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APEX Insight: Even airline CEOs, aerospace manufacturers and aircraft interior designers have some unanswered questions when it comes to the passenger experience industry. In this installment of PaxEx FAQs, APEX Media takes a closer look at the technology behind evolving airport screening methods.

The United States has lifted the controversial ban, announced in March, prohibiting large electronics in the cabin of direct flights to the United States from 10 specific airports. In its place, the Department of Homeland Security has implemented enhanced security measures for all commercial flights to the US, including heightened screening of electronic devices that may require passengers at security checkpoints to remove larger devices from bags for separate screening and perhaps power them on and off.

On Wednesday, the Transportation Security Administration (TSA) announced new rules that will require travelers at US airports to place electronic items larger than mobile phones in a separate bin for screening. The TSA is also operating automated screening lanes, designed to enhance security effectiveness while decreasing waiting time, in some terminals at John F. Kennedy, Newark Liberty, Hartsfield-Jackson, Atlanta, O’Hare and Lost Angeles international airports.

These days, a trip through an airport security checkpoint might involve X-rays, pat-downs, swabbing, sniffing, powering up electronics, and more. What’s new and how do some of these tools work?

What’s In the Bag?

At most airports, carry-on bags pass through X-ray machines on conveyor belts, while checked bags get the once-over by more sophisticated computed tomography (CT) scanners that shoot hundreds of images of a bag using an X-ray camera to create 3-D images that can be rotated for easier viewing. The TSA has recently starting testing smaller, checkpoint-sized CT scanners at some airports.

Walk This Way

At airport security checkpoints, the TSA uses both walk-through metal detectors and millimeter wave advanced imaging technology (also known as body scanners) to screen passengers.

Walk-through metal detectors use an electro-magnetic coil to create a magnetic field that is disrupted when another piece of metal is introduced, like a gun or a belt buckle, explains Jeff Price, professor of Aviation Management at Metropolitan State University of Denver, and lead author of the textbook, Practical Aviation Security.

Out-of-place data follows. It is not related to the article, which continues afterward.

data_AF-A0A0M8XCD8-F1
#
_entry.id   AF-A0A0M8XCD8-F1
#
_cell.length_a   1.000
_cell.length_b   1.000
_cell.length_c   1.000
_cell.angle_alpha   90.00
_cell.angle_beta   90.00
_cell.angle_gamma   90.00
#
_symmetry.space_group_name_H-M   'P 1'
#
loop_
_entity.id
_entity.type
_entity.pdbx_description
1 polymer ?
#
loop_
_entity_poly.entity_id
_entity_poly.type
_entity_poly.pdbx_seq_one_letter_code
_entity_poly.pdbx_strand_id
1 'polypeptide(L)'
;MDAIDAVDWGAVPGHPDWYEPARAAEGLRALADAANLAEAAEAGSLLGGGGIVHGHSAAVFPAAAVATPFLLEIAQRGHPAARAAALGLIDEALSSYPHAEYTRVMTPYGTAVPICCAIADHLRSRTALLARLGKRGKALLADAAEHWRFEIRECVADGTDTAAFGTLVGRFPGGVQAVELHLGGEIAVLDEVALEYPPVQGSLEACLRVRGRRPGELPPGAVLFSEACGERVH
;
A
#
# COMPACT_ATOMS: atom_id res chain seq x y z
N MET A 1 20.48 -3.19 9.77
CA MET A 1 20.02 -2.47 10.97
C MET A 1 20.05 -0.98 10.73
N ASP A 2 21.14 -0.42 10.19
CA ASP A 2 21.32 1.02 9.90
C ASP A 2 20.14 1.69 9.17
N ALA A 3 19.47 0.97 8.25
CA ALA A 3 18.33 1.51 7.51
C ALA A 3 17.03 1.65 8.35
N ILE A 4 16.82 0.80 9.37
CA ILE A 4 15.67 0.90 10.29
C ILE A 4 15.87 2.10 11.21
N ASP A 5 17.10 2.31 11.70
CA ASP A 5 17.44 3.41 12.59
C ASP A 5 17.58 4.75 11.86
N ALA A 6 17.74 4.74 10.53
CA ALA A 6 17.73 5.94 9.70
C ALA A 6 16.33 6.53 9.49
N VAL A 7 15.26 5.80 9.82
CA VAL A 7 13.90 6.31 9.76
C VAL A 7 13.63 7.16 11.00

Millimeter wave machines (or full-body scanners) have been at most airports since the early 2000s. According to the TSA, the machines’ automated target recognition software doesn’t produce passenger specific-images (like the ill-fated, invasive backscatter technology) but instead uses technology that auto-detects potential threats by indicating where something may be amiss on a generic outline of a person. They work by “bouncing radio waves off a person to provide a virtual X-ray,” said Price, “They are not x-raying passengers; the radio waves that are used are on the opposite end of the spectrum.”

Swabbing

After a TSA officer swabs a passenger’s hands or electronics at the security checkpoint, the sample is placed in an Explosive Trace Detector (ETD), which analyzes it for microscopic traces of explosive residue that can live on a person’s hands, clothes, equipment or baggage for days after they’ve handled certain chemicals. Most EDT machines work by heating up the samples and testing the vapors for traces of specific chemicals.

Sniffing

Passengers may find themselves being sniffed by working dogs at airports more often than in the past. State and local law enforcement often patrol airports with canines, but, thanks in part to extra funding by Congress in the FY 2017 appropriations, the TSA has been expanding its canine teams and stepping up its use of bomb-sniffing dogs at airports. “The dogs are sniffing passengers and their belongings for potential explosive devices,” says Price. “Many started out in air cargo, but are now an additional layer of security.”

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